The Legacy of William Cooper
What is that? Well, as you may know, Uncle William Cooper (1860- 1941) was an Indigenous activist and leader of his community, who also saw the injustices of the world around him, at a time when his own people were struggling for acceptance and their place in Australian society. When he heard of Kristallnacht in far off Europe, he organised for a delegation of Indigenous men and women to march to the German consulate in Melbourne, and presented them with a letter condemning the Jewish persecution. The Germans refused to accept the letter, but simply presenting it made Cooper a hero, especially in the eyes of the Jewish community.
In 2017, 88-year-old Alfred Turner, known as Uncle Boydie, who is an Indigenous leader and hero in his own right, travelled to Berlin, where the German Government of today finally accepted the letter of his grandfather and thanked him for it. On the way, he stopped in London, and visited Ypres in Belgium, where his uncle (William Cooper's son Daniel) fought and died for the Australian Imperial Forces in World War I. As a result, Uncle Boydie, as a representative of his grandfather and of Indigenous Yorta Yorta soldiers who fought in World War I, also visited Israel, and laid a wreath at the official centennial commemoration of the Light Horse Charge in Beersheba on October 31.
In the latter part of his life, William Cooper became an Indigenous activist and hero. But his story is not so well known in Australia, though it has all the makings of a Hollywood movie. It is now time for the Australian people to be educated about this important figure in Australian history, and a story that still has ramifications today. William Cooper's brave stance in the face of evil is a legacy that reverberates amongst descendants of the Indigenous people that Cooper was so passionate about, amongst the Jewish community, and in fact amongst all upstanding people of Australia and the world.
At an invitation-only event in early August 2017in Melbourne, Rabbi James Kennard, the Oxford educated Principal of Mt Scopus College, spoke about Uncle Boydie, reconciliation and the legacy of William Cooper, and what that means to his students and to all of us. He spoke about Uncle Boydie's mission and why supporting this project is such a vital endeavour.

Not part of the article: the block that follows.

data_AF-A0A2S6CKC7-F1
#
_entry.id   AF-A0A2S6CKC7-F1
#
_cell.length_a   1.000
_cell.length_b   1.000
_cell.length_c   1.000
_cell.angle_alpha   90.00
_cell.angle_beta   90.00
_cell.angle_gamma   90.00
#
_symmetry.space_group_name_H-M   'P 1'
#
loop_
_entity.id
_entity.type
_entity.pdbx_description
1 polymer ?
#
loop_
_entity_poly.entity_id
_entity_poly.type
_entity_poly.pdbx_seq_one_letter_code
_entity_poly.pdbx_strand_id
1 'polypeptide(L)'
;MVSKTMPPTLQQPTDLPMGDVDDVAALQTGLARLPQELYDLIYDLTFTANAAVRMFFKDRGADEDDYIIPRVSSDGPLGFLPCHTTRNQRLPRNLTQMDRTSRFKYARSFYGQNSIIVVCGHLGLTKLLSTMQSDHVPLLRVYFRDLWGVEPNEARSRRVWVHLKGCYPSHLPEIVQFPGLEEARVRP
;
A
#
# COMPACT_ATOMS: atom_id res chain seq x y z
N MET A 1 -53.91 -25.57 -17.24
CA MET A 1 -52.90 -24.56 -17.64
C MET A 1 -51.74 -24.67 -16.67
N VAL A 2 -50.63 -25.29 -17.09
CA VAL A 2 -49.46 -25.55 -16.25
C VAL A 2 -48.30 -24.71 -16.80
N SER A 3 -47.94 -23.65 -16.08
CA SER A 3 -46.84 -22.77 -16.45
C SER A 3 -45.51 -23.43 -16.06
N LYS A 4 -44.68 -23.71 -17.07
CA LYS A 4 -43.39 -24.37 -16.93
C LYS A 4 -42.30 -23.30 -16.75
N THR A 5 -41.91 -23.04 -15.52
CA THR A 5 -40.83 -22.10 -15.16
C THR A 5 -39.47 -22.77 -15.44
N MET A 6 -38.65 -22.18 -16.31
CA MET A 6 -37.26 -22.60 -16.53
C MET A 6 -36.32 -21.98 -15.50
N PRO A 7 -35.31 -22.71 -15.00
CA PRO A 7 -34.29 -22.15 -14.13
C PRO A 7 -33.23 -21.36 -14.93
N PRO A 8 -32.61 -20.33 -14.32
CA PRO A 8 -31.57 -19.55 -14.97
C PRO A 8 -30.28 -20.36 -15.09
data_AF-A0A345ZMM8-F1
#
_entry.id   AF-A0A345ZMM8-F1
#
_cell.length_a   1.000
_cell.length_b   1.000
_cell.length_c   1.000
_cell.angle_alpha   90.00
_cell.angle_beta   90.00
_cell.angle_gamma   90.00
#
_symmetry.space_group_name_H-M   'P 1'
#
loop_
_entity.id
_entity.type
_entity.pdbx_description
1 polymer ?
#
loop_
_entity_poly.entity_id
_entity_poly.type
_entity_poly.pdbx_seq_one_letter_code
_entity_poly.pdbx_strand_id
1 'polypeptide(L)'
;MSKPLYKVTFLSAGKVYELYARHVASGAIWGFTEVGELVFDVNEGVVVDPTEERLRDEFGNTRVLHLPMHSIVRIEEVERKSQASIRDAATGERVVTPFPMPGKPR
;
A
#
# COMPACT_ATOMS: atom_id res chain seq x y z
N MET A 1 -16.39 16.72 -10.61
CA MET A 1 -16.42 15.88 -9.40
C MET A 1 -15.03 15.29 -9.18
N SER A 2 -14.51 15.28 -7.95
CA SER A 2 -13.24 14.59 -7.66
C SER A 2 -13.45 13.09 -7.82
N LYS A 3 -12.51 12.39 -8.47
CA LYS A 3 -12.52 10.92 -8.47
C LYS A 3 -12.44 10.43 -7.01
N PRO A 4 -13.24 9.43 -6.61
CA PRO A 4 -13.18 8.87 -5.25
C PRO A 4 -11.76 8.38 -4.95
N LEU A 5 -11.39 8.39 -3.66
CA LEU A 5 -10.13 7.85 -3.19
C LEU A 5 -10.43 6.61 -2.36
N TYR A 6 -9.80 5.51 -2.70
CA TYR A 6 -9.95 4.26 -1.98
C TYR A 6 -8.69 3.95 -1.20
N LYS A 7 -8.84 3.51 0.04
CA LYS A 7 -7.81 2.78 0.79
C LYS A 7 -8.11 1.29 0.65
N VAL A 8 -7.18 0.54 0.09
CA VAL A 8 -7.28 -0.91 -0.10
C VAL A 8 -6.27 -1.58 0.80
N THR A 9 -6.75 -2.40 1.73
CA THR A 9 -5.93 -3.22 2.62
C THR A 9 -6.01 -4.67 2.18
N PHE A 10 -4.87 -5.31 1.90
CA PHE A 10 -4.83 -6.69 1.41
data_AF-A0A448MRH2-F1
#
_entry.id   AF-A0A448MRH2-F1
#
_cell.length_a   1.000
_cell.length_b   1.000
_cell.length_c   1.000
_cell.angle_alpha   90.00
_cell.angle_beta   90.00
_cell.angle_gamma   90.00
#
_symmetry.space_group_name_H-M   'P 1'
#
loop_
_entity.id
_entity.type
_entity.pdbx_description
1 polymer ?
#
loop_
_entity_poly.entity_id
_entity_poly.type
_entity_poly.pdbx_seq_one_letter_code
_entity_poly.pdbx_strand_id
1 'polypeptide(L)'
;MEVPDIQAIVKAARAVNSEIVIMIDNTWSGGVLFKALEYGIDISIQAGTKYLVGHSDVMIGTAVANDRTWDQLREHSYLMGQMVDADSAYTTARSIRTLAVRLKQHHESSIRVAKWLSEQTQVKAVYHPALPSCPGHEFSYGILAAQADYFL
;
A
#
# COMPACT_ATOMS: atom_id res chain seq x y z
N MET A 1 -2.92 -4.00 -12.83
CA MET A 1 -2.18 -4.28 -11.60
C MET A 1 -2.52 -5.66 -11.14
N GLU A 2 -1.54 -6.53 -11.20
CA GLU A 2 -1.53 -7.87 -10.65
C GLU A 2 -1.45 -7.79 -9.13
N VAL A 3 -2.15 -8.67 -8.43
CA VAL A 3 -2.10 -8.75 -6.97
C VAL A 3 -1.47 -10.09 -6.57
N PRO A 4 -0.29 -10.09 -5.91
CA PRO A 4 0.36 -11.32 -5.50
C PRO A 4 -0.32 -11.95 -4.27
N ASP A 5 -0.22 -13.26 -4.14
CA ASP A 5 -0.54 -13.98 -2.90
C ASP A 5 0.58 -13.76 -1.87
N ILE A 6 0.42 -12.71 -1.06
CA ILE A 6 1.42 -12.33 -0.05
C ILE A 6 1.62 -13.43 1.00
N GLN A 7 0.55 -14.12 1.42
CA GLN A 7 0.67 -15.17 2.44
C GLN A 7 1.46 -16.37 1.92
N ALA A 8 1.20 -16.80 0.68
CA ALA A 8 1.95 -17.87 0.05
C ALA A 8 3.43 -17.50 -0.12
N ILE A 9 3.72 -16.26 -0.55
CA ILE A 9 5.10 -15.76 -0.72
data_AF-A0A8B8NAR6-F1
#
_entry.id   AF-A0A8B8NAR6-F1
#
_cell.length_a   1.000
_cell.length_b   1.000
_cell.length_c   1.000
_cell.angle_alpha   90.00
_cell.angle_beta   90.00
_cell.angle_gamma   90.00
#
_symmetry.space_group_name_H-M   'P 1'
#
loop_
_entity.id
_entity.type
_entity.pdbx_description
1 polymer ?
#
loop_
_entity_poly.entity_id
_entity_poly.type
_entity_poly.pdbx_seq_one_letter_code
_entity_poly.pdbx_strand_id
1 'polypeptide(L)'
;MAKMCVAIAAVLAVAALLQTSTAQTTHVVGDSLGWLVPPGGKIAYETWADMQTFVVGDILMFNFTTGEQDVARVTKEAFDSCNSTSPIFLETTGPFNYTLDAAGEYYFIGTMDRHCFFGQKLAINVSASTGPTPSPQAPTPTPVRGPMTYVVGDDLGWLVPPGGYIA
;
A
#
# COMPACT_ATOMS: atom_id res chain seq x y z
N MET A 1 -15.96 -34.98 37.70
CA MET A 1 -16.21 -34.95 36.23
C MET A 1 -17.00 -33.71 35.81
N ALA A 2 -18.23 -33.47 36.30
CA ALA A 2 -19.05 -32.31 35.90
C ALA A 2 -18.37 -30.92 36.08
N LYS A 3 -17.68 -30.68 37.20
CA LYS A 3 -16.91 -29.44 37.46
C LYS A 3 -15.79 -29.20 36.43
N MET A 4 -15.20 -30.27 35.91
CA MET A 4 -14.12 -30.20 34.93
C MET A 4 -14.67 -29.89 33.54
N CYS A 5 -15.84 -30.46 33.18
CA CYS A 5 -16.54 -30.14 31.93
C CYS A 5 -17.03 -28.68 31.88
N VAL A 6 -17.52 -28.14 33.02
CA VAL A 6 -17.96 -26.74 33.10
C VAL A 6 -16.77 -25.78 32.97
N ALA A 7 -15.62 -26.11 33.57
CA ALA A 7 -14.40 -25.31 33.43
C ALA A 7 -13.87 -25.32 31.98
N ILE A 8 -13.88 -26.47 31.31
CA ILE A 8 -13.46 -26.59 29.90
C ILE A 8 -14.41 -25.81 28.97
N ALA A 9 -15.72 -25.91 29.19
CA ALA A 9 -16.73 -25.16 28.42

On 6th December 1938, Uncle William was refused entry after marching in protest at the German Consulate in Melbourne.
On 6th December 2012, Uncle's William grandson, Uncle Boydie retraced the protest to the same building in Melbourne.
On the eve of Kristallnacht, 9th November 2017, Uncle Boydie presented this protest in Berlin, Germany.
On 6th of December 2020, the German Government belatedly apologised for refusing Uncle William back in 1938.
Most of this website, particularly the photos on the third page under the tab Journey 2017, tell the story of William Cooper's grandson attempt to finally succeed in delivering his grandfather's protest message to the German Government.
The beautiful video below was curated to commemorate the 82nd anniversary of this courageous protest, produced by David Jack.
At 1.00.47, you will see when Dr. Felix Klein, representing Chancellor Angela Merkel, presented his apologies 82 years later on behalf of the German Government.
Congratulations Uncle Boydie at the age of 92 you have earnt the right to relax and retire, as your mission of 'completing your grandfather's unfinished business' has finally been accomplished!
Uncle Boydie and Abe Schwarz meeting Prince William
For further information about the project or any of the events taking place, fill in the contact form below, or email Abe Schwarz, Convenor of the project, at email@example.com
PO Box 30, Balaclava VIC 3183
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